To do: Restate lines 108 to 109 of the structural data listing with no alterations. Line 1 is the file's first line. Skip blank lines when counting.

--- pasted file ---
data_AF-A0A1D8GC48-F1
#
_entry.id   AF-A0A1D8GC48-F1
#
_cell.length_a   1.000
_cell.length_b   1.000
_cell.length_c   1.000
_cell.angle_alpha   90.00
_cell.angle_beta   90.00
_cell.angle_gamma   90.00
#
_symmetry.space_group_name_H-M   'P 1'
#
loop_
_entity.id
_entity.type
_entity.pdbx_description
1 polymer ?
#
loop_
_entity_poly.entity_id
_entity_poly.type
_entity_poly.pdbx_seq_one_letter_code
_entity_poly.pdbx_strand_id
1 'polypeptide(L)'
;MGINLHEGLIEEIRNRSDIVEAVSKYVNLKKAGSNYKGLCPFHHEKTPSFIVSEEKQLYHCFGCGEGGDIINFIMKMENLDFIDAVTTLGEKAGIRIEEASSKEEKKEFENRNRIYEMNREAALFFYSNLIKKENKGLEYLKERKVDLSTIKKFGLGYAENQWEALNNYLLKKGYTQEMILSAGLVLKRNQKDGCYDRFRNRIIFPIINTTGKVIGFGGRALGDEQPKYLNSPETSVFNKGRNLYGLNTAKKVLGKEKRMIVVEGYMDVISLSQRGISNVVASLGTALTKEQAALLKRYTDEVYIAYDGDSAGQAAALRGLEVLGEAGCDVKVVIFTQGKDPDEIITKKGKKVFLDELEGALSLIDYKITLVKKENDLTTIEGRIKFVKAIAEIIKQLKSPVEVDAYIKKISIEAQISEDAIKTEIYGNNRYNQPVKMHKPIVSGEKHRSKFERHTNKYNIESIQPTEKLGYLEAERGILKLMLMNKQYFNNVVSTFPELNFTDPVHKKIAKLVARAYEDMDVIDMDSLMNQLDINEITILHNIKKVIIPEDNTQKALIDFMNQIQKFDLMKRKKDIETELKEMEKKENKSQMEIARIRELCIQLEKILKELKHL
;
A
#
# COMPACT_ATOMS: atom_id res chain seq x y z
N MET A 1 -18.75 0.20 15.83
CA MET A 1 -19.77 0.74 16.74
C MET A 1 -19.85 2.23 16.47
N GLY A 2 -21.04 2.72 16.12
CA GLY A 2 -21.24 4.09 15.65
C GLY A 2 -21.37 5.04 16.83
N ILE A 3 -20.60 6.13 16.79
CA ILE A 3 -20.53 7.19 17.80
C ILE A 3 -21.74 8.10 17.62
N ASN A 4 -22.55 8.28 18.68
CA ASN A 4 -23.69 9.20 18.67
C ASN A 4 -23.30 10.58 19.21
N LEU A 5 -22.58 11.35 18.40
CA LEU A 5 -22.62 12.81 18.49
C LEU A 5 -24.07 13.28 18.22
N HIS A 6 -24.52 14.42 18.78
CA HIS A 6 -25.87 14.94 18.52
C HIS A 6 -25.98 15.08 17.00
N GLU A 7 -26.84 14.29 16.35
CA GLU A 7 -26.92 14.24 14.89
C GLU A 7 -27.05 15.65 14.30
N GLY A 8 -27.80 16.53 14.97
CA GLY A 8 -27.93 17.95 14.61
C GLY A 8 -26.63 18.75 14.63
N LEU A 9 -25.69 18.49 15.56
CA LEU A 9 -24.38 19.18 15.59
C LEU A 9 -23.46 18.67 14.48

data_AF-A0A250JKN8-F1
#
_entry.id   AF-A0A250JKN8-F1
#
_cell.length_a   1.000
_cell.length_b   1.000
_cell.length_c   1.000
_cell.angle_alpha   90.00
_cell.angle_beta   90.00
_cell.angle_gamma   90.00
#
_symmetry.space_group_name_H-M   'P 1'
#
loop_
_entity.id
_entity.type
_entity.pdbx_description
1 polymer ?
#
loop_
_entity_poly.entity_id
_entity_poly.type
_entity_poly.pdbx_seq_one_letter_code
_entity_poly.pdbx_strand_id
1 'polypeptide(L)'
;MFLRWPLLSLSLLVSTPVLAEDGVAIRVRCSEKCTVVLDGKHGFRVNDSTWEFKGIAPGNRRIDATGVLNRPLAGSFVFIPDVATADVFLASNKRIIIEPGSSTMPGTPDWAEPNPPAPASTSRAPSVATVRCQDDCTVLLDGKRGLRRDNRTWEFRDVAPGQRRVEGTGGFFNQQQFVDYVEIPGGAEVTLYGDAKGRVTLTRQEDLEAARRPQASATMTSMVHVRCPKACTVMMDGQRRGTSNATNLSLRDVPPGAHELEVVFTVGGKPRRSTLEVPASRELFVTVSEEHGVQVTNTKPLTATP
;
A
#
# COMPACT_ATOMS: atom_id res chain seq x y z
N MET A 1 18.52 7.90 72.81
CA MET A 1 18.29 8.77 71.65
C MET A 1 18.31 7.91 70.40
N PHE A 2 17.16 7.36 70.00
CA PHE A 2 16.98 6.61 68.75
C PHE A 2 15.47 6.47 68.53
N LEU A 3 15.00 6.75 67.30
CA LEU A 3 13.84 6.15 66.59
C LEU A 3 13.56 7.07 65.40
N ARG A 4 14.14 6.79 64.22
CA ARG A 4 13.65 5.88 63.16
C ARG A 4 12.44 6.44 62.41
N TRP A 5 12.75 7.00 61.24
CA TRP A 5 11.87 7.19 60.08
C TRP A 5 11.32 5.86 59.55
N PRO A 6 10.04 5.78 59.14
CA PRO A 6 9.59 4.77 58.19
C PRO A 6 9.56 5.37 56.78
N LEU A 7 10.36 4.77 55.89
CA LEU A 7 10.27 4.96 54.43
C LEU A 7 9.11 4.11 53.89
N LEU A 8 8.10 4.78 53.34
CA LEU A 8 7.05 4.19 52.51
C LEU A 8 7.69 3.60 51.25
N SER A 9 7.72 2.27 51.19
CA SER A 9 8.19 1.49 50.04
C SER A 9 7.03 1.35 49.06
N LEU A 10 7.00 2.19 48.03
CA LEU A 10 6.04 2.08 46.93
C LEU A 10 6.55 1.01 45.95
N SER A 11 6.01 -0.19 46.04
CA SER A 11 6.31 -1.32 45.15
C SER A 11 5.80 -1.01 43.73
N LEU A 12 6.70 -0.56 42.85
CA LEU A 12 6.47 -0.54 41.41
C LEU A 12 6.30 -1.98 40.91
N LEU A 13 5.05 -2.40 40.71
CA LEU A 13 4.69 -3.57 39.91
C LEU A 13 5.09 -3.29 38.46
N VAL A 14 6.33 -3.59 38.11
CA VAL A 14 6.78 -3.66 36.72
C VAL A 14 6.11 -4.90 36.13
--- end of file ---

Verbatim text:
C LEU A 7 9.11 4.11 53.89
N LEU A 8 8.10 4.78 53.34